3. Questions are tricky. Questions are great in poems because they engage readers. They also create a lively sound lively by making readers modulate their voices. The pitch goes up at the end of the question, right before the question mark. 

To do this, readers need three signals: the question word at the beginning, a verb construction with to do, and the question mark at the end. It’s the question mark at the end that causes the modulation of the voice. What do you do if that’s missing? The only sensible way to do it is with a question tag, isn’t it?

4. Respect the invisible full stop. You must plan breaks for your readers. If you don’t, they will become breathless. Your poem will become a never-ending chain of thoughts. It’ll all end up in a big pile of mush inside your reader’s brain. How to avoid this? Place the end of one thought at the end of a line. That’s where the invisible full stop is. Do your readers a favour.

The Last Word

Yes, some poets have done away with punctuation. They can pull this off because they know the rules so well that they can choose to break them like a master.

As a beginner poet, please don’t think omitting punctuation marks will make things easier for you. You’ll just make reading your poem more difficult.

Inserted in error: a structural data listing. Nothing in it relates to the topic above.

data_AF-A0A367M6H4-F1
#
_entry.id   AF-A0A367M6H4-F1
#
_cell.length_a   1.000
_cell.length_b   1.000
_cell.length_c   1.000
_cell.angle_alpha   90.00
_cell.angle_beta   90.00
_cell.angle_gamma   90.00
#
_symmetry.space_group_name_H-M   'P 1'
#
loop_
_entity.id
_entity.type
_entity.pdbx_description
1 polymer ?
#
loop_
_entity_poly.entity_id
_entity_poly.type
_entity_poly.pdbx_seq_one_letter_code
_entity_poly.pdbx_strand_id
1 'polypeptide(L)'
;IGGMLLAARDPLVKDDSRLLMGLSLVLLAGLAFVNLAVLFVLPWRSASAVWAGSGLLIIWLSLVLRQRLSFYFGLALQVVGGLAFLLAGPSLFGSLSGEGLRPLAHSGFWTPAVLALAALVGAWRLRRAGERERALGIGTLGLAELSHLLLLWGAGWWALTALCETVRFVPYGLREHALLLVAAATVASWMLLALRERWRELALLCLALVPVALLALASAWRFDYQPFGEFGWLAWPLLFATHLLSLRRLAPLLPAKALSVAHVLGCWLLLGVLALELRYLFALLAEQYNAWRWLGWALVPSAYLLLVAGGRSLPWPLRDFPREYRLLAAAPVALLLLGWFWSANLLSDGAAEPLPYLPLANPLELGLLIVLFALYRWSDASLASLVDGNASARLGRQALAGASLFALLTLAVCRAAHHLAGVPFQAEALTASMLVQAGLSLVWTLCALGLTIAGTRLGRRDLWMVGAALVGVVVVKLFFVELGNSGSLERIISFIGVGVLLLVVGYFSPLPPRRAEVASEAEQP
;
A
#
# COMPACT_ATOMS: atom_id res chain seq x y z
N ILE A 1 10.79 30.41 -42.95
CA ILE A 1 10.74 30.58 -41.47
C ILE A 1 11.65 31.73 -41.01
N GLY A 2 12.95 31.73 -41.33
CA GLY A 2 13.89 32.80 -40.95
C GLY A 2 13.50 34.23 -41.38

Most poetry editors will see the lack of punctuation as laziness or incompetence (here’s one editor, for example). This won’t help your submission make it into a magazine.

Fellow poets, please see punctuation as a tool to enhance the meaning of your poem. Befriend punctuation, and help your readers enjoy your work even better.

Susanne Bennett

By Susanne Bennett.

Susanne  is a German-American writer who is a journalist by trade and a writer by heart. After years of working at German public radio and an online news portal, she has decided to accept challenges by Deadlines for Writers. Currently she is writing her first novel with them. She is known for overweight purses and carrying a novel everywhere. Follow her on Facebook.

More Posts From Susanne

  1. The Powerhouse Of Writing 6: Colons, Semicolons, & Dashes
  2. The Powerhouse Of Writing 5: Quotation Marks
  3. The Powerhouse Of Writing 4: The Question Mark
  4. The Powerhouse of Writing 3: The Exclamation Mark
  5. The Powerhouse of Writing 2: The Comma
  6. The Powerhouse Of Writing 1: The Full Stop
  7. How To Play Surrealist Word Games
  8. How To Write Surrealist Poetry
  9. What Is Automatic Writing?
  10. Surrealism – What Every Writer Should Know

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Posted on: 10th October 2022